Custom Profiles

  • A custom profile can be developed and used with existing base profiles.
    • Base profile will have core logic of installing OS. Please see pre.sh script in ClearLinux profile on base branch.
    • Base profile will also post.sh script for clean up activities. Please see post.sh script in ClearLinux profile on base branch.
    • Custom profile can have profile.sh to support custom features. Please see profile.sh script in ClearLinux profile on rwo branch.
    • Finally custom profile will have bootstrap.sh which will eventually call pre.sh from base branch, profile.sh from custom branch and then call post.sh from base branch again. Please see bootstrap.sh script in ClearLinux profile on rwo branch.
  • To see more details on how to change Edgebuilder configuration to use custom profile, see step 2 under Installation

Virtual PXE

What is it?:

It allows you to test your profiles and/or build VMs or VMs in a container inline on Edge Software Provisioner without having to boot another machine.

Give it try:

Perform your regular steps of installing Edge Software Provisioner, configure your profiles, run ./buils.sh and ./run.sh. To start Viturl PXE run the following in the same directory:

./vpxe.sh

Type ./vpxe.sh -h to see othe syntax options.

If using pre-built container images version of ESP, use the following command to start vpxe.sh

docker exec -it esp_core_1 vpxe.sh 

Bootable USB

What is it?:

Creates bootable USB images to boot target devices without Ethernet or PXE available. Or simply use it to a boot a system outside the network.

Give it try:

Perform your regular steps of installing Edge Software Provisioner, configure your profiles, run ./buils.sh and ./run.sh. To start Make USB run the following in the same directory:

./makeusb.sh

Type ./makeusb.sh -h to see othe syntax options.

Dynamic Profile

Scope

The Dynamic Profile feature allows ESP to install software on a target system without using ESP Menu selection on systems without a monitor or scale production.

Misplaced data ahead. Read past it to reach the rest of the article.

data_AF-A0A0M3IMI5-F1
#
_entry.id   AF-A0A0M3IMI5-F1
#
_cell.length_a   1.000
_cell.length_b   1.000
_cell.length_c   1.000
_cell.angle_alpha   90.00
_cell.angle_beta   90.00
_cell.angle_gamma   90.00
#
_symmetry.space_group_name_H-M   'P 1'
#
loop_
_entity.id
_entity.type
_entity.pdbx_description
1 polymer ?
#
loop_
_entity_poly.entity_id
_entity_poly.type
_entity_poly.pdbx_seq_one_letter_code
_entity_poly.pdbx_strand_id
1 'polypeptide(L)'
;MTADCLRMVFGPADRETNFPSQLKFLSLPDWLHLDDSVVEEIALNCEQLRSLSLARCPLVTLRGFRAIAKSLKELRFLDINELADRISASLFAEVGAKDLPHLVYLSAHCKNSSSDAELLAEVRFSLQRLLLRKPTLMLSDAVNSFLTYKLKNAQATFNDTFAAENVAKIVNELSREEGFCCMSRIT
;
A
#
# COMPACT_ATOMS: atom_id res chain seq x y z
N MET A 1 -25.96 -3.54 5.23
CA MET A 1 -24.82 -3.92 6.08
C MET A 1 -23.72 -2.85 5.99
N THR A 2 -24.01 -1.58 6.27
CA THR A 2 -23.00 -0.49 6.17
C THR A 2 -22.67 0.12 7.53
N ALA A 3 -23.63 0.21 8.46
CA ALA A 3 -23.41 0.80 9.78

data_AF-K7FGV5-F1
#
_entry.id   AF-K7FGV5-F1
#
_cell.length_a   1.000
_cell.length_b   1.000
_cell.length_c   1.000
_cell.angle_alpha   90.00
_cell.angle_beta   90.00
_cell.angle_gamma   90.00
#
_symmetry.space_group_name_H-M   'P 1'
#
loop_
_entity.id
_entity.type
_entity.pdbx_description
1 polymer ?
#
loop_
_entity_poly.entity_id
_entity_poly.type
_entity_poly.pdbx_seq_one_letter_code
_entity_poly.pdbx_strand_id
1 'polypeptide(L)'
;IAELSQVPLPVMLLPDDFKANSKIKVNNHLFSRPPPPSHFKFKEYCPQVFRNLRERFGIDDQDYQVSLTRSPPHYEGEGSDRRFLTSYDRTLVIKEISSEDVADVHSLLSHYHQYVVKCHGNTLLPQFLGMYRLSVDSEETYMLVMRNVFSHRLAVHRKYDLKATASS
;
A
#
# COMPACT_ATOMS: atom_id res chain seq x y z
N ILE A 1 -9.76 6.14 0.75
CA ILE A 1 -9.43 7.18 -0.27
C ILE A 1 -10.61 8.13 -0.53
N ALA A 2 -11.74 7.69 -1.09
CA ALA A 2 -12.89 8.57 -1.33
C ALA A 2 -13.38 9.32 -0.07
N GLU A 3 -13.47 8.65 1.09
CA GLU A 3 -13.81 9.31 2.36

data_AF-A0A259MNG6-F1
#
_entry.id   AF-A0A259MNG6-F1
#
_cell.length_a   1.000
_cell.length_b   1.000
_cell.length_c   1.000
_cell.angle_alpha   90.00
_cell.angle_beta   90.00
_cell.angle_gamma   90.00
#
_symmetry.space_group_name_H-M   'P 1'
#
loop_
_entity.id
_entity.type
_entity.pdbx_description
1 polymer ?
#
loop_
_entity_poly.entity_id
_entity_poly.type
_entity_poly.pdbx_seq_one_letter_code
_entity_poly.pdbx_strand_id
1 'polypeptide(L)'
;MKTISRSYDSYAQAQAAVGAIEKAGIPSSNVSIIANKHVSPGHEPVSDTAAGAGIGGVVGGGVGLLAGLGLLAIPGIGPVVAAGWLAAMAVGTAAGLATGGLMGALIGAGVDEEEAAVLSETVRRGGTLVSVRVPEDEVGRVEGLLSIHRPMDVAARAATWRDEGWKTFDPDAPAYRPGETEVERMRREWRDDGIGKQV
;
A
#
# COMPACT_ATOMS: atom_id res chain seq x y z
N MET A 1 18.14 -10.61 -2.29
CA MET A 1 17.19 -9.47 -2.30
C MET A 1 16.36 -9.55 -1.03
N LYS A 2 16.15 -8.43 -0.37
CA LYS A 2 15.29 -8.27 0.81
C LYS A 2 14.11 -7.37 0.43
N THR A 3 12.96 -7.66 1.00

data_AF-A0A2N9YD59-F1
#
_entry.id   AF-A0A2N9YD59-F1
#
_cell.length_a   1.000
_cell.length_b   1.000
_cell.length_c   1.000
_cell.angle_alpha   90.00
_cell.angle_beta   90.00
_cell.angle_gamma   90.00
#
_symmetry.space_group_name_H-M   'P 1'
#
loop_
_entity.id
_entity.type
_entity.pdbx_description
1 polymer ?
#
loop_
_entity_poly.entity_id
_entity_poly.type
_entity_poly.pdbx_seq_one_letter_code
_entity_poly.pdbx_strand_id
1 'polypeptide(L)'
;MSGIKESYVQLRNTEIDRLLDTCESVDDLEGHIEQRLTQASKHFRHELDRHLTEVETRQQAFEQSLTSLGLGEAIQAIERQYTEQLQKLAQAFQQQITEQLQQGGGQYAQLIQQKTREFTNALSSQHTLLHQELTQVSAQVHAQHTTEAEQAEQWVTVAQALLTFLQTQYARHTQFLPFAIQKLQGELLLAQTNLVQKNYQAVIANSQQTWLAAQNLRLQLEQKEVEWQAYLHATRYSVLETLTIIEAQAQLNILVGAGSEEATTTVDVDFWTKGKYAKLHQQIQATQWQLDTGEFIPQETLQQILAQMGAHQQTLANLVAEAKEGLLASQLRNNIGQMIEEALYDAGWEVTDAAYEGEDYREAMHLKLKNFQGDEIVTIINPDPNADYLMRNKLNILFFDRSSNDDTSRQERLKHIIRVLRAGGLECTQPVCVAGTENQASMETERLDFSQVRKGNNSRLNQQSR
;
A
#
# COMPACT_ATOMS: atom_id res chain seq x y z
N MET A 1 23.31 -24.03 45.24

Profile selection

A json file in the following format is used to associate a profile with either the hardware mac address of at least one of the ethernets or cpu type on the target system. An example json file can be found at conf/dynamic_profiles.json, edit this file or place the file on github or http server. Example JSON File:

{
  "hardwares": [
   {
     "id": "1",
     "mac": "AA:BB:CC:11:22:33",
     "profile": "Ubuntu_21.04"
   },
   {
     "id": "2",
     "cpu": "Intel(R) Xeon(R) CPU D-1557",
     "profile": "Ubuntu_20.04_Desktop"
   }
  ]
}

IMPORTANT: The json structure has to follow the structure above. The current implementation relies on these keys. The implemented hardware related information is "macaddress". If others are desired, the implementation needs to be adapted

Enabling the Dynamic Profile

Several things need to be done to enable the Dynamic Profile

Adapting config.yml

In the config.yml, the following section must be present:

dynamic_profile:
   enabled: true
   url: "https://###SOME_URL###/dynamic_profiles.json" or leave blank to read from conf/dynamic_profiles.json
   user: "###USE_IF_HOSTED_ON_GITHUB###" or leave blank
   token: "###USE_IF_HOSTED_ON_GITHUB###" or leave blank

Building and running ESP with Dynamic Profile

If building for the first time please use the following command

./build.sh

Or if you have already built images you use the following command to update configuration

./build.sh -S -P

you must run is ESP in dynamic mode in order to support the feature with the following command

./run.sh

Known Limitations

  • The conf/config.yml file must specify ALL values comprehensively, as shown in the conf/config.sample.yml. Please use "" for empty values.
  • IPv6 is not supported.
  • Edge Software Provisioner must be run on a Linux-native file system, such as ext4. Filesystems that cannot properly preserve file permissions are not supported.
  • On some distributions of Linux (such as newer versions of Ubuntu 18.04), systemd-resolved is already running a DNS server on localhost. This will cause the dnsmasq container (which is required) to fail to start due to port binding conflicts. To fix this:
    • Run ./build.sh normally. It will fail at the final deployment step.
    • Edit /etc/systemd/resolved.conf to include the line DNSStubListener=no
    • This step will cause your network connection to drop. Run sudo systemctl daemon-reload && sudo systemctl restart systemd-resolved.service
    • Run ./run.sh to restart the Edge Software Provisioner services.
    • Test that network connectivity works.
    • Proceed to deploy your target devices.
  • Edge Software Provisioner's usage of aws-cli can cause keyring issues on desktop versions of Linux. Consider disabling your distro's keyring service, or alternatively, a headless distribution such as Ubuntu server edition will resolve the issue.

Other Info

You can build behind a proxy like this:

export HTTP_PROXY=http://proxy.site.com:1234 && \
export HTTPS_PROXY=http://proxy.site.com:1234 && \
./build.sh